Zuri Group and EverTrue recently conducted a thorough survey of advancement users’ satisfaction with their systems. The central finding was that users are unimpressed with their resources. Dissatisfaction with databases, reporting tools, analytics resources, and other important fundraising tools was often 40% or more. And, the typical response for nearly all of the questions was “it’s ok”, which means that “Meh” is the average sentiment among our users. You can check out the report here: The Advancement Technology Landscape 2017 – EverTrue and Zuri Group

Here’s a sample of the report that highlights the challenges faced by our advancement technology environments:

Advancement technology satisfaction
Reporting, a central solution for advancement programs, is failing to meet demands.

The trend for the survey suggests that “common” issues (like gift processing) received better satisfaction scores whereas more innovative and new areas, such as social data management (which only a few companies, like EverTrue, really address) and analytics, received lower satisfaction scores. Some of this may simply be the typically slow technology adoption our industry experiences. However, it is important to move beyond the “we don’t have the money/time” argument and start to examine the roots of these issues and how your institution can begin to improve satisfaction.  Our users clearly want more and better solutions.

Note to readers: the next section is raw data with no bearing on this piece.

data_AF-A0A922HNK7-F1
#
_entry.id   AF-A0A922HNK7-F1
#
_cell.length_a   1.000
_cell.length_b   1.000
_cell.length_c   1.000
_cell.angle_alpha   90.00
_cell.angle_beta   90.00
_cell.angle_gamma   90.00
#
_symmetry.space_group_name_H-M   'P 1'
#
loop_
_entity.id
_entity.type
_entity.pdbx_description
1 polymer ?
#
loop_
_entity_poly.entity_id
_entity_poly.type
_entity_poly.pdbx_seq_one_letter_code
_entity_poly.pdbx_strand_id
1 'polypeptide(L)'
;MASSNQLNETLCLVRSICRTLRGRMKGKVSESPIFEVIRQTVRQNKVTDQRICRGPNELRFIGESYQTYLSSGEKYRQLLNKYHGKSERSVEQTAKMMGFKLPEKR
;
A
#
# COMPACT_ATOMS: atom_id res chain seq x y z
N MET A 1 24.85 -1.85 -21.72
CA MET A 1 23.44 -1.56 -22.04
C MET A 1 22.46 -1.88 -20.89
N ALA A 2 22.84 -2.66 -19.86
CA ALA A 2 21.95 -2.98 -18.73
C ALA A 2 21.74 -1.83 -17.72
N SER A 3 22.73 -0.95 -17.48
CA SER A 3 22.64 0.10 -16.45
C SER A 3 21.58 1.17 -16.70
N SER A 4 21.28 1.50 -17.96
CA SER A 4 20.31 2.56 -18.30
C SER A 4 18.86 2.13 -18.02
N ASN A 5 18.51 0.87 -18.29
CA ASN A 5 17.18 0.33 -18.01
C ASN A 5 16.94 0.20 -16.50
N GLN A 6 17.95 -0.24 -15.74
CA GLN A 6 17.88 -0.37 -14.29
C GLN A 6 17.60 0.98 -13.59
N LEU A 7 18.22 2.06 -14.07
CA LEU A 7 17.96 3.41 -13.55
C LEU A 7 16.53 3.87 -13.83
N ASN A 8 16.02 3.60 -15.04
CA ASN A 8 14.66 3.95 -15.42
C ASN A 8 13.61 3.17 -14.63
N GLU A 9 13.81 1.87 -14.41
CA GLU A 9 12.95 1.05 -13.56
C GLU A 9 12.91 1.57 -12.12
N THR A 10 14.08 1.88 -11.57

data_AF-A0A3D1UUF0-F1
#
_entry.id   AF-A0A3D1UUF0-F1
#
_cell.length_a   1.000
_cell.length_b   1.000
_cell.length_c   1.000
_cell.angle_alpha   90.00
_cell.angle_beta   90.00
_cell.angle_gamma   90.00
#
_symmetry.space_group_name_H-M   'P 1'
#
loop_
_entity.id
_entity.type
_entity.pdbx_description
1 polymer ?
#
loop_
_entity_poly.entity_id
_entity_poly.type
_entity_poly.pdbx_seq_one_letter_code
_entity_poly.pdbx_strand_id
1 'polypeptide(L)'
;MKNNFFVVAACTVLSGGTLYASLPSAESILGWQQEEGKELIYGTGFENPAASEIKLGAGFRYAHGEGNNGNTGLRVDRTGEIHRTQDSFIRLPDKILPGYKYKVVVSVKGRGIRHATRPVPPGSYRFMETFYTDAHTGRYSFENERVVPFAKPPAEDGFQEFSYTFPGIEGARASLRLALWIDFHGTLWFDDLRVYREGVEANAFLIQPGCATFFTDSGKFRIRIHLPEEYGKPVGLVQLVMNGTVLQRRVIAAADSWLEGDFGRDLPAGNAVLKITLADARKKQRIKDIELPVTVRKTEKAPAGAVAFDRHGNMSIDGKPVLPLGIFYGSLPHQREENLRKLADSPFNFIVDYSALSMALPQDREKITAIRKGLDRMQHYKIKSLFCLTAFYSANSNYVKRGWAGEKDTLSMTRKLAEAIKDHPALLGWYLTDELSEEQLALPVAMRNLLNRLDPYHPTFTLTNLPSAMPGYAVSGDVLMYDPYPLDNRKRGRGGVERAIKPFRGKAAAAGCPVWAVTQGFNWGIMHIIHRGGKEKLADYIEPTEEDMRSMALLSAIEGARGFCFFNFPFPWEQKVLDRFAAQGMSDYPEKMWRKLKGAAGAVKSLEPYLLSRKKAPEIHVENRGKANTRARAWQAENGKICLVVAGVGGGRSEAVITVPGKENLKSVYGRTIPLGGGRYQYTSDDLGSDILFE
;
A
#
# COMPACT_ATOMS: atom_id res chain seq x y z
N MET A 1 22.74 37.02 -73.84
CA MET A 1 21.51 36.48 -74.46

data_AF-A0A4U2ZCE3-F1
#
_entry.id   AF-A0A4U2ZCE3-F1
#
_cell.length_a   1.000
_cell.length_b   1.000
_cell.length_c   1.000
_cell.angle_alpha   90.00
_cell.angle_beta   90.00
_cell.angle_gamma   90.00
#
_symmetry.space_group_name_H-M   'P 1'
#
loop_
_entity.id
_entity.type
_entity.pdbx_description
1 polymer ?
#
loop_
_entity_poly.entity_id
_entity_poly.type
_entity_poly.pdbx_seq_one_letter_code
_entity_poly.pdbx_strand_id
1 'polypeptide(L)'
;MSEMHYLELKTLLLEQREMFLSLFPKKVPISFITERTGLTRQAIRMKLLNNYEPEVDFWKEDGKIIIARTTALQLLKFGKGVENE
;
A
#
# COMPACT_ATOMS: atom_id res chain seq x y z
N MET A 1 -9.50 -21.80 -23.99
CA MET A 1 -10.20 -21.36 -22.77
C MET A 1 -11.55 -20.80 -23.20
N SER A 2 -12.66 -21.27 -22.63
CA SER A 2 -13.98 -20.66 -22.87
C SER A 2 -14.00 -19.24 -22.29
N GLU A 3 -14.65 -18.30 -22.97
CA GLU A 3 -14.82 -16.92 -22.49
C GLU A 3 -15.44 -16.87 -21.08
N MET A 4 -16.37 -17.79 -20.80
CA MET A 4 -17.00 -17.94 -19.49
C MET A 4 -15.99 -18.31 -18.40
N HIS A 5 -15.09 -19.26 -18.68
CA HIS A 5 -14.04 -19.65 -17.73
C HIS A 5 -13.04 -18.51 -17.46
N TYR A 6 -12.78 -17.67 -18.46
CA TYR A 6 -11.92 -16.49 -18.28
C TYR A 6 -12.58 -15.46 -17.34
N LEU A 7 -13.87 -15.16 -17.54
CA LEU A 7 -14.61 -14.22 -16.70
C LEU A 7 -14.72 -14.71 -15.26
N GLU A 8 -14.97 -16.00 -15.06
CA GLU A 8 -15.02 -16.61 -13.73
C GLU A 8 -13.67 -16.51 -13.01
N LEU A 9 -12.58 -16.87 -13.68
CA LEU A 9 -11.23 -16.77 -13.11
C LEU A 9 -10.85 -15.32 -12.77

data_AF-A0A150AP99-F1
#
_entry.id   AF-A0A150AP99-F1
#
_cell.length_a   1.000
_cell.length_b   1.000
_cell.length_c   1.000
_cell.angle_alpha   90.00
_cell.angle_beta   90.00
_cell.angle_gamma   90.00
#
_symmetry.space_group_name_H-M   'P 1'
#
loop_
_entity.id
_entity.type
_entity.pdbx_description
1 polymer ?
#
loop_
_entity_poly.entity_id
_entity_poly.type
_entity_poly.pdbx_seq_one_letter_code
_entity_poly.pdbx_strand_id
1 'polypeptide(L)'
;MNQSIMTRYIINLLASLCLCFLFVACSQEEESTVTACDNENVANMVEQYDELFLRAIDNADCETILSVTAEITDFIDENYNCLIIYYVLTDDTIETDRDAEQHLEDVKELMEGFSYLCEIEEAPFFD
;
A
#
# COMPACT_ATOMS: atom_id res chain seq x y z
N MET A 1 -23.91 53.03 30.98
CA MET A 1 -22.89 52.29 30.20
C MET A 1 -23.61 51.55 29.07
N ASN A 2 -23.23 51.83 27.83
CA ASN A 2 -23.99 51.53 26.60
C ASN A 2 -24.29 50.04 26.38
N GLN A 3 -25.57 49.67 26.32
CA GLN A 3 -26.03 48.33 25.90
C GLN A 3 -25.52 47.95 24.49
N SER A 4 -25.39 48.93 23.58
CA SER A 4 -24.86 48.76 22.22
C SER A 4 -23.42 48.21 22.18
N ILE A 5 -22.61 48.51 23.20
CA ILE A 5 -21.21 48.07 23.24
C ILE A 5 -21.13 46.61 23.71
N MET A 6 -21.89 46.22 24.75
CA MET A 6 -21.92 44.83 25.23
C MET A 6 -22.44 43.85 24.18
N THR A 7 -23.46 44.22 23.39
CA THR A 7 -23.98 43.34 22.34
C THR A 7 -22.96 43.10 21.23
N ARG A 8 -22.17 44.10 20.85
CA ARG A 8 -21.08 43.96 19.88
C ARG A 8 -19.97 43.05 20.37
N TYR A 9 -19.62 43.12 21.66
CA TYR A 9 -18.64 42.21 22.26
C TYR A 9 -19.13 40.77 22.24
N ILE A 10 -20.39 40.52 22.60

There are some solutions and some ongoing obstacles to improving the advancement technology landscape. To solve the issue, non-technical tactics like building trust and negotiating expectations are more important than you might think. Delivering on the fundamentals–accurate, complete and timely data–and adopting a PR-style, metrics-driven strategic information management approach will gain some favorable survey points. However, the lack of funding for, and innovative technical solutions to, fundraising applications remain pretty substantial problems. Thus, expectation management will be a critical component of your effectiveness.